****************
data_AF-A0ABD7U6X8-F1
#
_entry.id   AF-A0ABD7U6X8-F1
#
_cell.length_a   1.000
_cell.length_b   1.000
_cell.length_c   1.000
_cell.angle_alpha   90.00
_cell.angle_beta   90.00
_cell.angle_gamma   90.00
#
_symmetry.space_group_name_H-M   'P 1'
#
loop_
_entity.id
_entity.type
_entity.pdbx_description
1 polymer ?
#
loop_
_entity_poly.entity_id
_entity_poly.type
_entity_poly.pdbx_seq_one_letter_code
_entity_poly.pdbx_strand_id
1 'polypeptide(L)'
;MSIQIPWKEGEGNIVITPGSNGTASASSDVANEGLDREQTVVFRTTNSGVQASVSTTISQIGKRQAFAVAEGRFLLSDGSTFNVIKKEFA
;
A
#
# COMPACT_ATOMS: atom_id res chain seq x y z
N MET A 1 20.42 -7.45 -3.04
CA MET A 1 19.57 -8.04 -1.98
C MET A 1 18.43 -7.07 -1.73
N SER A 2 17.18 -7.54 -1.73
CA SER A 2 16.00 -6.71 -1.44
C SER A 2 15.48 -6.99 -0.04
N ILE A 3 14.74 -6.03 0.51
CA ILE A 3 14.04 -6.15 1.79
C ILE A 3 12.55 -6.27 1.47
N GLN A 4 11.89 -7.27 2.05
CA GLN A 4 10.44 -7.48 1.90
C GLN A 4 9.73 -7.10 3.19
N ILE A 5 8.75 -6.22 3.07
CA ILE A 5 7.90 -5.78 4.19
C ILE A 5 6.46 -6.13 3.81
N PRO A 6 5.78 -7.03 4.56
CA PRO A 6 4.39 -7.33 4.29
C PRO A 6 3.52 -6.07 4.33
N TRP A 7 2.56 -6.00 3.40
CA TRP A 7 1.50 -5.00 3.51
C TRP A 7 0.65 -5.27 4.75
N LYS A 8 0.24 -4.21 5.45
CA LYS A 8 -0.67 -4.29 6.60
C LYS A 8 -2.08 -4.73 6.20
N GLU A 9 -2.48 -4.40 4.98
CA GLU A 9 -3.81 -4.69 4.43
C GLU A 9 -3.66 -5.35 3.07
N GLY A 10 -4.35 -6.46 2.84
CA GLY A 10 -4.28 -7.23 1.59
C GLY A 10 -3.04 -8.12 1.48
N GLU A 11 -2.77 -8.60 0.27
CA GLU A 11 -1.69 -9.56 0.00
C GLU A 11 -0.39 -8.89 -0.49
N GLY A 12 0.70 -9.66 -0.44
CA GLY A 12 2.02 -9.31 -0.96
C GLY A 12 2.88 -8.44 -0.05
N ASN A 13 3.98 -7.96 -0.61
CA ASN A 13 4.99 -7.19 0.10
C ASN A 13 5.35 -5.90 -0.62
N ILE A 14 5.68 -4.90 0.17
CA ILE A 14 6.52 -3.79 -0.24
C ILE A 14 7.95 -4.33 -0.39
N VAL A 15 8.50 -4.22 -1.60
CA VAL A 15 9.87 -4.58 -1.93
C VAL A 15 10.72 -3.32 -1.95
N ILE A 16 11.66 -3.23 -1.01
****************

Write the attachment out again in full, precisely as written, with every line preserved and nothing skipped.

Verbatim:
data_AF-A0ABD7U6X8-F1
#
_entry.id   AF-A0ABD7U6X8-F1
#
_cell.length_a   1.000
_cell.length_b   1.000
_cell.length_c   1.000
_cell.angle_alpha   90.00
_cell.angle_beta   90.00
_cell.angle_gamma   90.00
#
_symmetry.space_group_name_H-M   'P 1'
#
loop_
_entity.id
_entity.type
_entity.pdbx_description
1 polymer ?
#
loop_
_entity_poly.entity_id
_entity_poly.type
_entity_poly.pdbx_seq_one_letter_code
_entity_poly.pdbx_strand_id
1 'polypeptide(L)'
;MSIQIPWKEGEGNIVITPGSNGTASASSDVANEGLDREQTVVFRTTNSGVQASVSTTISQIGKRQAFAVAEGRFLLSDGSTFNVIKKEFA
;
A
#
# COMPACT_ATOMS: atom_id res chain seq x y z
N MET A 1 20.42 -7.45 -3.04
CA MET A 1 19.57 -8.04 -1.98
C MET A 1 18.43 -7.07 -1.73
N SER A 2 17.18 -7.54 -1.73
CA SER A 2 16.00 -6.71 -1.44
C SER A 2 15.48 -6.99 -0.04
N ILE A 3 14.74 -6.03 0.51
CA ILE A 3 14.04 -6.15 1.79
C ILE A 3 12.55 -6.27 1.47
N GLN A 4 11.89 -7.27 2.05
CA GLN A 4 10.44 -7.48 1.90
C GLN A 4 9.73 -7.10 3.19
N ILE A 5 8.75 -6.22 3.07
CA ILE A 5 7.90 -5.78 4.19
C ILE A 5 6.46 -6.13 3.81
N PRO A 6 5.78 -7.03 4.56
CA PRO A 6 4.39 -7.33 4.29
C PRO A 6 3.52 -6.07 4.33
N TRP A 7 2.56 -6.00 3.40
CA TRP A 7 1.50 -5.00 3.51
C TRP A 7 0.65 -5.27 4.75
N LYS A 8 0.24 -4.21 5.45
CA LYS A 8 -0.67 -4.29 6.60
C LYS A 8 -2.08 -4.73 6.20
N GLU A 9 -2.48 -4.40 4.98
CA GLU A 9 -3.81 -4.69 4.43
C GLU A 9 -3.66 -5.35 3.07
N GLY A 10 -4.35 -6.46 2.84
CA GLY A 10 -4.28 -7.23 1.59
C GLY A 10 -3.04 -8.12 1.48
N GLU A 11 -2.77 -8.60 0.27
CA GLU A 11 -1.69 -9.56 0.00
C GLU A 11 -0.39 -8.89 -0.49
N GLY A 12 0.70 -9.66 -0.44
CA GLY A 12 2.02 -9.31 -0.96
C GLY A 12 2.88 -8.44 -0.05
N ASN A 13 3.98 -7.96 -0.61
CA ASN A 13 4.99 -7.19 0.10
C ASN A 13 5.35 -5.90 -0.62
N ILE A 14 5.68 -4.90 0.17
CA ILE A 14 6.52 -3.79 -0.24
C ILE A 14 7.95 -4.33 -0.39
N VAL A 15 8.50 -4.22 -1.60
CA VAL A 15 9.87 -4.58 -1.93
C VAL A 15 10.72 -3.32 -1.95
N ILE A 16 11.66 -3.23 -1.01